DWI Roadblocks / Checkpoints

The constitutionality of sobriety DWI roadblocks / checkpoints is a divisive issue nationwide. Currently, 38 states allow these sobriety checks while 12 states do not.

The issue is whether or not this violates a U.S. citizen’s Fourth Amendment right against unreasonable search and seizure. A DWI arrest based on a sobriety checkpoint or roadblock in Texas is illegal. An experienced DWI defense lawyer serving the Dallas-Fort Worth Metroplex will fight to get your DWI charge dismissed.

DWI Roadblocks / Checkpoints

DWI Roadblocks / Checkpoints Defense Lawyer in Irving, Dallas, Carrolton, Richardson, TX

A DWI charge is a serious offense in Texas with serious penalties. If you have been arrested and charged with DWI, contact the Law Offices of Richard C. McConathy today at (972) 233-5700 for a consultation about your alleged offense in Irving, Dallas, Carrolton, Richardson, and surrounding areas of Dallas County, Texas.

They will fight to protect your rights while working to expose cracks in the prosecution’s case in order to better your chances of a favorable outcome.

Texas DWI and Implied Consent Defined

The definition of what constitutes a DUI offense in Texas is found in Tex. Penal Code Section § 49.04 is known as Driving While Intoxicated, or DWI. According to this statute, it is illegal for anyone to be intoxicated while operating a vehicle in a public place. An intoxicated person is defined by Tex. Penal Code Section § 49.01 as a person having a blood or breath alcohol concentration (BAC) at or over the Texas legal limit of .08, which is “per se” intoxication, or someone who has lost the normal use of his or her physical or mental faculties due to the presence of alcohol, drugs, controlled substances, or other impairing substance in his or her system.

According to this definition of intoxication, it would be possible to be arrested for DWI if you don’t feel intoxicated if your BAC is at or above .08. Additionally, having the right to an impairing substance, such as a prescription, is rejected as a valid defense by statute in Texas. If an officer pulls you over for a traffic defense or because he or she suspects DWI and they detect the presence of alcohol, he or she will likely request testing like a breath test or field sobriety testing. If no alcohol is detected but the officer still suspects impairment, a blood test will likely be requested.

Since Texas is an implied consent state as defined in Tex. Transp. Code § 724.11, you have already given your consent to these DWI tests by driving on Texas roads. You do not, however, have to consent.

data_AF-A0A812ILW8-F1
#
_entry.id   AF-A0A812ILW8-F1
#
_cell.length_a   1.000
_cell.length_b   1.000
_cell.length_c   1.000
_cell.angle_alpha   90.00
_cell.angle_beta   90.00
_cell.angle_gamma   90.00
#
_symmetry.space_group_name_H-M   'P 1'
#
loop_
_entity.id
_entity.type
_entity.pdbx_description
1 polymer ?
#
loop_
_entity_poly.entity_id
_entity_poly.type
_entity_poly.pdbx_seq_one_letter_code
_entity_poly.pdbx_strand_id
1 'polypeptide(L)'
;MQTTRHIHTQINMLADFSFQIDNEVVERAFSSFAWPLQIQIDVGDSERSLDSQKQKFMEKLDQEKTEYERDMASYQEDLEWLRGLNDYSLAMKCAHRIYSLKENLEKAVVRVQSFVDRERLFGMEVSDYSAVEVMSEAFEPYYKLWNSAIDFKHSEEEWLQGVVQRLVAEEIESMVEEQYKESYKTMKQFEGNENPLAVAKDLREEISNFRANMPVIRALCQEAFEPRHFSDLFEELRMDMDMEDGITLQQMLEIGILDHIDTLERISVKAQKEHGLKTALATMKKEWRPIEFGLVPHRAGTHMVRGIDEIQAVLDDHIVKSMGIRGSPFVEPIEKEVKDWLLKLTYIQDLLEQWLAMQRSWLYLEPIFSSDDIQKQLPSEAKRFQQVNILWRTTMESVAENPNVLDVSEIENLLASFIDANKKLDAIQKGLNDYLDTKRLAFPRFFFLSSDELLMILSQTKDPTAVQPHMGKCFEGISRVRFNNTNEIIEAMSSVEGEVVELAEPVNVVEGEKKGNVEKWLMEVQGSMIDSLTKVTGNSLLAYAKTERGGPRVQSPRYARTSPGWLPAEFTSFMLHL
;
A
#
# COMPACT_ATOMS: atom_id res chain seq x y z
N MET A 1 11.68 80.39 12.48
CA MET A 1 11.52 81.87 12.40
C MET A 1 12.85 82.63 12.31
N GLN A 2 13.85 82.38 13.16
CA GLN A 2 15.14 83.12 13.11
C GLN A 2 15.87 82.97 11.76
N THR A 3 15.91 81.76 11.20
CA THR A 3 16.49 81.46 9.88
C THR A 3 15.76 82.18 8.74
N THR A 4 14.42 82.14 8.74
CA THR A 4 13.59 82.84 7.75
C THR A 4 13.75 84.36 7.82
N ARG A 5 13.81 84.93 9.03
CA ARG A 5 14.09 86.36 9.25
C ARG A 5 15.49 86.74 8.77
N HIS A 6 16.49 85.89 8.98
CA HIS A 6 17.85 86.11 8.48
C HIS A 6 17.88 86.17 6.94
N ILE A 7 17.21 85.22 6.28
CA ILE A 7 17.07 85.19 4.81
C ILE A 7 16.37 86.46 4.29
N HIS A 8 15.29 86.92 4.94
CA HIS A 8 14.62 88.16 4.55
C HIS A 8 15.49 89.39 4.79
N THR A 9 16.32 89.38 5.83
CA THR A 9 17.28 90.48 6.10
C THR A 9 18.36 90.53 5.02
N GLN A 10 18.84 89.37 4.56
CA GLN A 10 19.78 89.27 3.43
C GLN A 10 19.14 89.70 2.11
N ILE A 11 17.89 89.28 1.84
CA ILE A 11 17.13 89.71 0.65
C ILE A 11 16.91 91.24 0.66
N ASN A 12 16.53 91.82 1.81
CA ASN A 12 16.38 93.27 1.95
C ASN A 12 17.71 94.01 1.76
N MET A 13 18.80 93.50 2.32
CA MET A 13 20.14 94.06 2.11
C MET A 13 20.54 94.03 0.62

In addition, if you refuse to test you can’t be forced to test against your will except for in very specific, limited circumstances. However, this refusal is grounds for an administrative license suspension and is admissible to court as evidence. If you are stopped and the law enforcement officer requests a DWI test, don’t refuse – but politely request to speak with your Dallas DWI defense lawyer before giving your answer.

DWI Roadblocks and Checkpoints Explained

In states where DUI roadblocks or DUI checkpoints are allowed, they are locations on public roads where law enforcement officers are specifically stationed to check drivers for intoxication and impairment. A DUI roadblock is usually referred to when a road is blocked off specifically to check each driver passing through for the presence of alcohol or drugs. A DUI checkpoint can be just a place where one or more law enforcement officers are stationed and stop certain vehicles based on a preselected numeric value, like every third vehicle.

Often these terms are used interchangeably since the concept of checking most or all drivers in one particular area is the same. Most states that allow these DUI checkpoints or roadblocks also require specific guidelines to be followed, usually determined by the statute that explicitly authorizes sobriety checkpoints.

If you have been arrested for a DUI offense in another state due to a DUI sobriety checkpoint, or you suspect that your Texas DWI arrest was the result of a DWI checkpoint, it is important to contact an experienced DWI defense lawyer as soon as possible.

DWI Roadblocks / Checkpoints and Texas

In the United States, there are 12 states that outlaw DUI sobriety checkpoints and roadblocks. Texas is one of those states. While not outlawed specifically by statute as in some of the other 12 states that don’t allow DUI checkpoints, the Texas Court of Criminal Appeals ruled in a case from 1991 that DWI sobriety checkpoints violated a Texan’s Fourth Amendment rights and were thus unconstitutional. The ruling allowed for DWI roadblocks to occur only if the Texas Legislature established guidelines.

The subject is a heated debate amongst Texas lobbyists, lawmakers, and other legal entities. Though no guidelines have been set by the Legislature as of early 2013, that could change at any point in future sessions. If you believe you received your DWI arrest as a result of what could be considered a sobriety checkpoint in Texas, consult with an experienced DFW DWI defense lawyer immediately.

If guidelines have been set, your attorney will make sure they were followed and your rights were protected. If guidelines have not been set, he or she will fight to prove the arrest was due to an illegal DWI sobriety checkpoint or roadblock and get your charges dismissed.

Find A Dallas County Defense Attorney for Charges from a DWI Roadblocks / Checkpoint | Law Offices of Richard C. McConathy

Contact the Law Offices of Richard C. McConathy today at (972) 233-5700 for a consultation about your alleged offense in Irving, Dallas, Carrolton, Richardson, and surrounding areas of Dallas County, Texas.

They will fight to get your Dallas DWI case reduced or dismissed, including if the stop was an unconstitutional DUI roadblock or checkpoint. 

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